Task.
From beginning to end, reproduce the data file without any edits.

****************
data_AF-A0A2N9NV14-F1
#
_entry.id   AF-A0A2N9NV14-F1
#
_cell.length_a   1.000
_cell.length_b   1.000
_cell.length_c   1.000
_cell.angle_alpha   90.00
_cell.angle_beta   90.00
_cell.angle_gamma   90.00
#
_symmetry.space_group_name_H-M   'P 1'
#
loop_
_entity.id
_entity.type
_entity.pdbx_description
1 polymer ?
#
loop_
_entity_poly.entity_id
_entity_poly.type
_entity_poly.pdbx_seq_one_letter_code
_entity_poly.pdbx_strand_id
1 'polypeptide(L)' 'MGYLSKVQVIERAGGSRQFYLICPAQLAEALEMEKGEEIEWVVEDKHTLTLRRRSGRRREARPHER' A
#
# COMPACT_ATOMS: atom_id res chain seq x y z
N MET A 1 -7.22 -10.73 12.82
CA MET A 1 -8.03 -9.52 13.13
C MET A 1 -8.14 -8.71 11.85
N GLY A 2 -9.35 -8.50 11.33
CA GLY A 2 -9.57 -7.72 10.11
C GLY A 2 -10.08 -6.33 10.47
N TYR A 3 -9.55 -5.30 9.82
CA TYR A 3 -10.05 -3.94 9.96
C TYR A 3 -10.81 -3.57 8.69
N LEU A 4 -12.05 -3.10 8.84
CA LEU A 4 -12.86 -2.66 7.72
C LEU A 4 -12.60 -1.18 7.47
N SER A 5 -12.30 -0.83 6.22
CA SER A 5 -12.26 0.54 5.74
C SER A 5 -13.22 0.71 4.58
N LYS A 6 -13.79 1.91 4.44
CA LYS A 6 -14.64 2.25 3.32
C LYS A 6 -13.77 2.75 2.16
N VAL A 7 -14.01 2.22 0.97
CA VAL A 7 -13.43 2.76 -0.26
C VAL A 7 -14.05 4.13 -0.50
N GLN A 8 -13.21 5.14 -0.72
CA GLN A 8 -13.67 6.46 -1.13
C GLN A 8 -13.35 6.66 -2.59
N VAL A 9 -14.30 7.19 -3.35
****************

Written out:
data_AF-A0A2N9NV14-F1
#
_entry.id   AF-A0A2N9NV14-F1
#
_cell.length_a   1.000
_cell.length_b   1.000
_cell.length_c   1.000
_cell.angle_alpha   90.00
_cell.angle_beta   90.00
_cell.angle_gamma   90.00
#
_symmetry.space_group_name_H-M   'P 1'
#
loop_
_entity.id
_entity.type
_entity.pdbx_description
1 polymer ?
#
loop_
_entity_poly.entity_id
_entity_poly.type
_entity_poly.pdbx_seq_one_letter_code
_entity_poly.pdbx_strand_id
1 'polypeptide(L)' 'MGYLSKVQVIERAGGSRQFYLICPAQLAEALEMEKGEEIEWVVEDKHTLTLRRRSGRRREARPHER' A
#
# COMPACT_ATOMS: atom_id res chain seq x y z
N MET A 1 -7.22 -10.73 12.82
CA MET A 1 -8.03 -9.52 13.13
C MET A 1 -8.14 -8.71 11.85
N GLY A 2 -9.35 -8.50 11.33
CA GLY A 2 -9.57 -7.72 10.11
C GLY A 2 -10.08 -6.33 10.47
N TYR A 3 -9.55 -5.30 9.82
CA TYR A 3 -10.05 -3.94 9.96
C TYR A 3 -10.81 -3.57 8.69
N LEU A 4 -12.05 -3.10 8.84
CA LEU A 4 -12.86 -2.66 7.72
C LEU A 4 -12.60 -1.18 7.47
N SER A 5 -12.30 -0.83 6.22
CA SER A 5 -12.26 0.54 5.74
C SER A 5 -13.22 0.71 4.58
N LYS A 6 -13.79 1.91 4.44
CA LYS A 6 -14.64 2.25 3.32
C LYS A 6 -13.77 2.75 2.16
N VAL A 7 -14.01 2.22 0.97
CA VAL A 7 -13.43 2.76 -0.26
C VAL A 7 -14.05 4.13 -0.50
N GLN A 8 -13.21 5.14 -0.72
CA GLN A 8 -13.67 6.46 -1.13
C GLN A 8 -13.35 6.66 -2.59
N VAL A 9 -14.30 7.19 -3.35